The football? Well, it was one-way traffic for a lot of the first half, Japan hit the underside of the bar from a fantastic header right in front of us, and then hit the crossbar again later in the first half. Mitch Duke stuck a boot out and nearly got lucky, deflecting a shot just wide. Australia did have possession, and had the ball in the net from a looping cross that was bundled in, but the referee had seen something and it was no surprise when the whistle went and the VAR check was quickly dismissed. On that, we had no idea whether or not VAR was in play until then; I guess it served its purpose for whatever the infringement was. The game was somehow 0-0 at the break, we should have been behind, Mat Ryan making an outrageous stop at the feet of the striker in a one-on-one and Australia being picked apart by the lively Japanese midfield. Another massive queue for beer at the break, no way I was going to wait in that. Honestly, why can’t someone come up wth a better way? Vending machines, more kiosks selling just cans of beer? An esky with everything for $10, no change? It’s the same old shit every half-time in any game that has more than 5,000 people, and the vendors are missing out massively on sales as a result.

The second half was more of the same, Australia pushing but no joy, and as the half wore on, the game began to open up. Japan missed a number of half-chances, Trent Sainsbury saved with his knees and got lucky with the rebound, Mat Ryan was almost closed down on his kicks, but the Socceroos hung in there. The unlikely hero Bruno Fornaroli came on to great acclaim – Australia loves his kind of story – and Arnie had thrown his wildcard into the ring. When Marco Tilio came on and danced through three tackles, we were lamenting that he hadn’t come on earlier. Ajdin Hrustic shot just wide up our end to leave us with hands on heads, and we had good positions but never threatened. As the game was heating up and the last five minutes were reaching fever-pitch, Japan took the lead with a clever move and a cool finish. The bench erupted and raced onto the field to celebrate. They followed it up with a late goal from a mazy dribble that Ryan should have saved, the ball squirming through his hands to roll in to seal our fate.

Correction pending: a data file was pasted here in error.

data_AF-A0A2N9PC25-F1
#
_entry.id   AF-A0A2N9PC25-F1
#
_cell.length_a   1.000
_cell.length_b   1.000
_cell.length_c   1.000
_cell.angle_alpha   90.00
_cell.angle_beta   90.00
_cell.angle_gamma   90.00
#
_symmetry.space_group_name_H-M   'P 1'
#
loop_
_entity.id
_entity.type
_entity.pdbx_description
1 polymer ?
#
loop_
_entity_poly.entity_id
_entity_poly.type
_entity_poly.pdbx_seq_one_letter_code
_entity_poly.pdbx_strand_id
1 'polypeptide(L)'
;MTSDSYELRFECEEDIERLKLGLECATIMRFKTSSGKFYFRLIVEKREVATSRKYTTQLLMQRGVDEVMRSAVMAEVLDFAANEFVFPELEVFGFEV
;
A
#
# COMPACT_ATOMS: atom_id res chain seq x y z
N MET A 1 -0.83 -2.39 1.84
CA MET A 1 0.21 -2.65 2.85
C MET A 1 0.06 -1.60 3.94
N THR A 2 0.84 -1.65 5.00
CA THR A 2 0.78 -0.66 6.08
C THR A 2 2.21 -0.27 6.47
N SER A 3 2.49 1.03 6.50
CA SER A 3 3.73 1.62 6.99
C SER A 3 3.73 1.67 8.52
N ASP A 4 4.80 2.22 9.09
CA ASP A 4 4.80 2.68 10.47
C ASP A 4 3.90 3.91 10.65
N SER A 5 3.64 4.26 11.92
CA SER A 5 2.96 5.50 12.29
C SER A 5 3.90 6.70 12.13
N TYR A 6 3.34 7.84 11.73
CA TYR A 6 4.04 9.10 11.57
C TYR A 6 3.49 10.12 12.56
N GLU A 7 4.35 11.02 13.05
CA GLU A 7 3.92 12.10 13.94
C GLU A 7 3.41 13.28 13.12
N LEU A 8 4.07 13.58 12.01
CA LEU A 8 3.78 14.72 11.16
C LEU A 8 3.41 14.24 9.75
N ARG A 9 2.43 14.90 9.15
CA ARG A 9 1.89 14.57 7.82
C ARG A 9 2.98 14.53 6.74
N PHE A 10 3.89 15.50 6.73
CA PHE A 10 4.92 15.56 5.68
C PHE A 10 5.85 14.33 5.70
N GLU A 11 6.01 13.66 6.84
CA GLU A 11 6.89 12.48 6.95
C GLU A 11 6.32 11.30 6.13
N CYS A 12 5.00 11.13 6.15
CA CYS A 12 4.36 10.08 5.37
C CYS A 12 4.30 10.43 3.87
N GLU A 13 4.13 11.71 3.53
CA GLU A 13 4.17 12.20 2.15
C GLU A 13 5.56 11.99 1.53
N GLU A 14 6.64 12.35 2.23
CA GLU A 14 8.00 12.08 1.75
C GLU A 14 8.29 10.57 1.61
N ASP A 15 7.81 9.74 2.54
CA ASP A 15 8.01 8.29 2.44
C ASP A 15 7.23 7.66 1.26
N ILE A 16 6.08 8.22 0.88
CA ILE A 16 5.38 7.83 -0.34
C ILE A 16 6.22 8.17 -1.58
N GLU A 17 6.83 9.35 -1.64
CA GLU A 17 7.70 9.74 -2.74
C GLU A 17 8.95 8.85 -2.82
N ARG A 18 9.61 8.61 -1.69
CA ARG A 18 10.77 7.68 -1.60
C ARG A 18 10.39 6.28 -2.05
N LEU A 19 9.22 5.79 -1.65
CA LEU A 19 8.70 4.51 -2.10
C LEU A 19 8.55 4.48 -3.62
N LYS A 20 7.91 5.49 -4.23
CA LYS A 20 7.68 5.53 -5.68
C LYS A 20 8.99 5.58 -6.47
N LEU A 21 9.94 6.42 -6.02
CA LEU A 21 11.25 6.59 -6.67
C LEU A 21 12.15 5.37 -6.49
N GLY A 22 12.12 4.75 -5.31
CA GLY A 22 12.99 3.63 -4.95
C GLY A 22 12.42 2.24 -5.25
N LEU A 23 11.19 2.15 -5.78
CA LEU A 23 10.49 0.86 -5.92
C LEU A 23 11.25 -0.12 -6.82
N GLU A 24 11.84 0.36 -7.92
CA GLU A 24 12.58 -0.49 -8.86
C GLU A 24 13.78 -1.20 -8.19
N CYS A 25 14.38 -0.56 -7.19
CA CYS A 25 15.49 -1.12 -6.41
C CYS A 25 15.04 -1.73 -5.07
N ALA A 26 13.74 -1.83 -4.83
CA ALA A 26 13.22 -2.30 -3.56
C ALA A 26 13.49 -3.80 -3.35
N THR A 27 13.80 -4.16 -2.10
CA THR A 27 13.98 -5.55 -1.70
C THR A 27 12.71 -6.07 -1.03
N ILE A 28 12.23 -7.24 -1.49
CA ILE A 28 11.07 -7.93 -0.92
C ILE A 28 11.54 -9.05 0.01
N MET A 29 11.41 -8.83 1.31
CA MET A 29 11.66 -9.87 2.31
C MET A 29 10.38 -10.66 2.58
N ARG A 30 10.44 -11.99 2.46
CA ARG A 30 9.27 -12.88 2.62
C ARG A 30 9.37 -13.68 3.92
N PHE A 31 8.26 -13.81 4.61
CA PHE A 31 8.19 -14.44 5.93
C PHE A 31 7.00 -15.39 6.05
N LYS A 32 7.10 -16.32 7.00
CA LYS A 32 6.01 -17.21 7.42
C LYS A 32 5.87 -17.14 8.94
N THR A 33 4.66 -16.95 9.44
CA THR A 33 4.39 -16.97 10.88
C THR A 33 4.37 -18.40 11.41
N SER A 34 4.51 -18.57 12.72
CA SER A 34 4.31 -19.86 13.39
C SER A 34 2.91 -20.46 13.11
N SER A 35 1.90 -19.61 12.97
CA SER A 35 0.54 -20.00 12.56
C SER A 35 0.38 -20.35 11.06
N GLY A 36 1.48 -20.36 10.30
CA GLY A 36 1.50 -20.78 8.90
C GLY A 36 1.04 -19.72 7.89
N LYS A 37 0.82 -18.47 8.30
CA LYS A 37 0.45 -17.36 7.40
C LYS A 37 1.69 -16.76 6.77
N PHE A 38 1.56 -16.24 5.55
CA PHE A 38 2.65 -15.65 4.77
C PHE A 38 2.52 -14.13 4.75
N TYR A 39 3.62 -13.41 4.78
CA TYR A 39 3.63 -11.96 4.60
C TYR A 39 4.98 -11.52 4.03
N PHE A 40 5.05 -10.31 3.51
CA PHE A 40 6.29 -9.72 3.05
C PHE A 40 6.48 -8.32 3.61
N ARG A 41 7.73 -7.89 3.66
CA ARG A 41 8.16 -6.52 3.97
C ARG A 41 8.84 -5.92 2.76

Despte some blindly optimistc shouts of ‘We’re gonna win 3-2’ as the game rolled to its anticlimax, the Arnie Out calls were loud and clear. The fans streamed out before the final whistle. It wasn’t a fire drill.

There was booing at the end. The players had a small crowd to show their appreciation to, Mat Ryan and Rhyan Grant the most appreciative, the pack-up was in full swing while the Japanese players celebrated with their sizeable bank of fans at the far end. The contrast of emotions was striking.

A quick detour to drop the flags at the car park, another quick decision to walk back to Concord West, and we were eventually home by 11.30pm. This had been a late one – the game didn’t finish til gone 10pm and we’d have some red-eyed teenagers (and adults) in the morning, crawling out of bed for school.

So, another famous night at Homebush averted, the Socceroos will have to do it the hard way. We’ve now got a pointless game with Saudi Arablia next week that no one will watch, before a week of madness in June sees us take on the UAE or Iraq, and the ultimate make-or-break game against the 5th place team in South America. We’ll all be tuning in at 10.30am on Friday morning to see Peru play Uruguay.

Big shout out tto the Active Socceroos fans tonight. The Active bay was a mix of people who wanted to get involved, and those who didn’t. The acoustics at Stadium Australia are hopeless and the weather was atrocious at the start. A colourful display, banners and flags, made a great atmosphere, but ultimately the occasion was not matched by what happened on the field.